There’s a certain kind of magic that comes with a domestic Cup – and we’re about to get a whole lot more of it.
This year’s expansion of the Canadian Championship tournament to 13 teams, spanning six provinces and five leagues, is going to bring the unique and unpredictable excitement of Cup play to more corners of our nation than ever.
But if you’re wondering just what this competition is about and why it matters, let me explain – starting with the trophy that the winning team will hoist.
The Voyageurs Cup was created in the aftermath of Canada’s surprise win at the 2000 CONCACAF Gold Cup. The Voyageurs, Canada’s supporters’ group, commissioned the trophy and, from 2002 to 2007, awarded it yearly to the top Canadian team in the old United Soccer Leagues A-League.
When the Canadian Championship tournament was created in 2008, it was decided that the winner would receive not only Canada’s berth in the CONCACAF Champions League, but also, the right to lift the Voyageurs Cup.
From the start, the tournament produced memorable moments, from the Montreal Impact using their 2008 win as a springboard to a Cinderella run in the Champions League, to Toronto FC’s near-miraculous emergence as 2009 champs, to the Vancouver Whitecaps delighting a sold-out home crowd by breaking a 13-year hex to claim their first Voyageurs Cup in 2015.
Just last year, Toronto FC claimed its seventh Canadian Championship title in one of the most thrilling finishes in this – or any other – competition’s history, with Sebastian Giovinco’s last-gasp winner sending BMO Field into absolute delirium.
While the “big three” have reigned supreme thus far, the newcomers have made some noise too. The Ottawa Fury notched a famous first-leg win over their provincial rivals, TFC, in the 2016 semifinal round, while FC Edmonton came heartbreakingly close to knocking off their favoured opponents and reaching the final in both 2014 and 2015.
With the tournament now open to teams from League1 Ontario, PLSQ and the Canadian Premier League – and the potential for further expansion in 2020 and beyond – it’s anyone guess what sorts of rivalries and storylines will emerge.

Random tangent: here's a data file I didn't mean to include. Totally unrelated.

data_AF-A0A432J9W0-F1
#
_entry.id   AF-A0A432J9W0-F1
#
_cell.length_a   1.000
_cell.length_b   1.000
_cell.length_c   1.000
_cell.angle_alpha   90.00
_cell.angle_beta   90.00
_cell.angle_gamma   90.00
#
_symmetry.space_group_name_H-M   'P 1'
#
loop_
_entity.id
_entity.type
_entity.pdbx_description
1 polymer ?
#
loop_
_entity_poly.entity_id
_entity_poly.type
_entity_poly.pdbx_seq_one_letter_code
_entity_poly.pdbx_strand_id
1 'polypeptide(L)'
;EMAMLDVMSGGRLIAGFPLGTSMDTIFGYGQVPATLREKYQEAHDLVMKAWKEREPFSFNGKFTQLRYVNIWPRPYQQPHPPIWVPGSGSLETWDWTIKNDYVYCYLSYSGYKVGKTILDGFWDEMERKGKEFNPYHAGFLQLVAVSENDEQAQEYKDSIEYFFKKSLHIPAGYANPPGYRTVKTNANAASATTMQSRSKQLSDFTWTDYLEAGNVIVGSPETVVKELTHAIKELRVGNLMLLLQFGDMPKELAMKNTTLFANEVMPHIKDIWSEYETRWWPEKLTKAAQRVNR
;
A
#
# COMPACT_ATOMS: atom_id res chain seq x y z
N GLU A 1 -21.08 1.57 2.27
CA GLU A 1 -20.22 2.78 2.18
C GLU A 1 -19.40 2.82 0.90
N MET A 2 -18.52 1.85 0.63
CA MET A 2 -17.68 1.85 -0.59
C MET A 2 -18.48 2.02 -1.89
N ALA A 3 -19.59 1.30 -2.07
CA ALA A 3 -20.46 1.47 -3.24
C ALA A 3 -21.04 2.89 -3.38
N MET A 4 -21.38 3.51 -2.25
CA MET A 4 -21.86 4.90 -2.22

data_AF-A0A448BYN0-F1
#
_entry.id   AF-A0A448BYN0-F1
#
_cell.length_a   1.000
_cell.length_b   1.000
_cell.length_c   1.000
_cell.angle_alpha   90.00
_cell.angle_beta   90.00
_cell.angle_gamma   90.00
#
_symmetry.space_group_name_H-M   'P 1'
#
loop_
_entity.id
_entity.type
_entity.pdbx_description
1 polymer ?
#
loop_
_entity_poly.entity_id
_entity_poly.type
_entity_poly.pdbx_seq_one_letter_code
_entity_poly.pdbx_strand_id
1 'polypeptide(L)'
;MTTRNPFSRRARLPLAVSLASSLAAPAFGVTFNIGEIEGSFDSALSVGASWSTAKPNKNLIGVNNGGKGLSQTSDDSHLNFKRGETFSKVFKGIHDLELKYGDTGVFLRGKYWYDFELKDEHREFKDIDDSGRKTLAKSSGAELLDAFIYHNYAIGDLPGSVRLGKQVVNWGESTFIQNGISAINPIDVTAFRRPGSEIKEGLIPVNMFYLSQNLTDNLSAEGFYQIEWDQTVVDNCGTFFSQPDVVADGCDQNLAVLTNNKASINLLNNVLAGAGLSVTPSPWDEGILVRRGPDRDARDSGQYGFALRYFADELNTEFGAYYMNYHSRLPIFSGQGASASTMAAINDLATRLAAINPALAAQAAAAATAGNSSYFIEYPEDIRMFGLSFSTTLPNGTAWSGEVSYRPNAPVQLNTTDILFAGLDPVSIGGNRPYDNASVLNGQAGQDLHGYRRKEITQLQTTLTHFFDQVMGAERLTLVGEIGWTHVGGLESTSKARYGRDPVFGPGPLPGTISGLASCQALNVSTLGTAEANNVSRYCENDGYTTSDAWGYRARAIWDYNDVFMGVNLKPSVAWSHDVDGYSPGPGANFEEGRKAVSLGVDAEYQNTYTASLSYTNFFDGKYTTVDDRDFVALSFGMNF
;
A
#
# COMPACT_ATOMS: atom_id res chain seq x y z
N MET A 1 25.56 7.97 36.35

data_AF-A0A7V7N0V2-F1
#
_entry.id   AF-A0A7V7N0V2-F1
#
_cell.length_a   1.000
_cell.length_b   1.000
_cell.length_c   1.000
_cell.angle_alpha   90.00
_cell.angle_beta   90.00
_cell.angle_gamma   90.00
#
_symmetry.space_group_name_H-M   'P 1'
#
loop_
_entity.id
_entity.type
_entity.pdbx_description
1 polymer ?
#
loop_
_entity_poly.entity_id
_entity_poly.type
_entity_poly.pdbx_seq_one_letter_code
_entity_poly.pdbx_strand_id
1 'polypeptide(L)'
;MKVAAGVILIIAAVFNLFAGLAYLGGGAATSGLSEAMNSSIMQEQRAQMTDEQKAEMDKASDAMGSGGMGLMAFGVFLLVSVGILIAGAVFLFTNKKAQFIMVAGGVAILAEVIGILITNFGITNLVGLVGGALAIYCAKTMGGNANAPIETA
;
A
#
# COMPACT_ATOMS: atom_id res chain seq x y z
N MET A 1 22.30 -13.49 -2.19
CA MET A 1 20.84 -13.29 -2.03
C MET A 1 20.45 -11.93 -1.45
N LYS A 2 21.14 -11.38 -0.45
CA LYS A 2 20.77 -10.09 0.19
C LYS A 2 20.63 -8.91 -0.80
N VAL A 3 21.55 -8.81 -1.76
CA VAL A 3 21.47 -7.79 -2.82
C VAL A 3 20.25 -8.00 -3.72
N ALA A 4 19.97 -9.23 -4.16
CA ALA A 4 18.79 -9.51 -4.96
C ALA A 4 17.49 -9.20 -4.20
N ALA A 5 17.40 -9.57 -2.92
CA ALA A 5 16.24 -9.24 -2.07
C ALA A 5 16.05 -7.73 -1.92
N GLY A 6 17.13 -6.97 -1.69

But despite all the competition’s changes, one element has endured. In a nod to the trophy’s tradition, a member of the Voyageurs is still present each year to help hand off the hardware at the end of the final game.
Things, however, don’t always turn out as hoped.
In 2013, the Whitecaps were minutes away from claiming the title on home turf. But when they conceded and lost on aggregate, it consigned the Voyageurs member tasked with presenting the trophy (himself a Whitecaps fan) to a moment of infamy for his understandably dour reaction.
Three years later, with the second leg of the final again at BC Place, there was a plan to avoid a similarly wrenching moment. For the showdown between the Whitecaps and Toronto FC, there were two potential trophy presenters on hand – one the leader of a Whitecaps supporters group; the other, a born-and-raised Torontonian now living on the west coast.
As it happened, that latter individual was me.
In the game’s waning moments, with Vancouver up 2-1 on aggregate, we both made our way down to field level. As the four minutes of stoppage time ticked down, Whitecaps substitutes anxiously paced up and down the sideline, desperate for the final whistle. I’d accepted my role as a spectator in the impending victory celebration, until …
The instant the ball left Will Johnson’s boot, I knew where it was headed.
As the sold-out stadium fell deathly silent, I unconsciously sprinted away to the concourse area, shrieking like a banshee, knowing I’d be the recipient of some dirty looks (and possibly an angrily tossed cup of beer or two) if I’d stayed anywhere near the field.
A SPECIAL PLACE
Suffice it to say, based on experience, that this tournament holds a special place in my heart. But based on everything I’ve seen over the last decade, I know I’m far from alone on that front.
After all, as Canadians, this tournament is uniquely ours – not just because a fan gets to be part of the championship trophy celebration, and not just because it provides the forum for domestic matchups we’d never get to see otherwise, but because it’s our country’s tangible link to the wider world of the beautiful game.
Canadian teams (Montreal in 2015 and Toronto in 2018) have come within a whisper of winning the CONCACAF Champions League and heading to the FIFA Club World Cup, a competition whose recent champions include Real Madrid, Barcelona and Bayern Munich.
Just think: one day, you could be handing off the Voyageurs Cup to your local Canadian Premier League club for winning the Canadian Championship, seeing them off on a journey to face off against the best teams in our region – and, perhaps ultimately, the world.
If that’s not cup magic, I don’t know what is.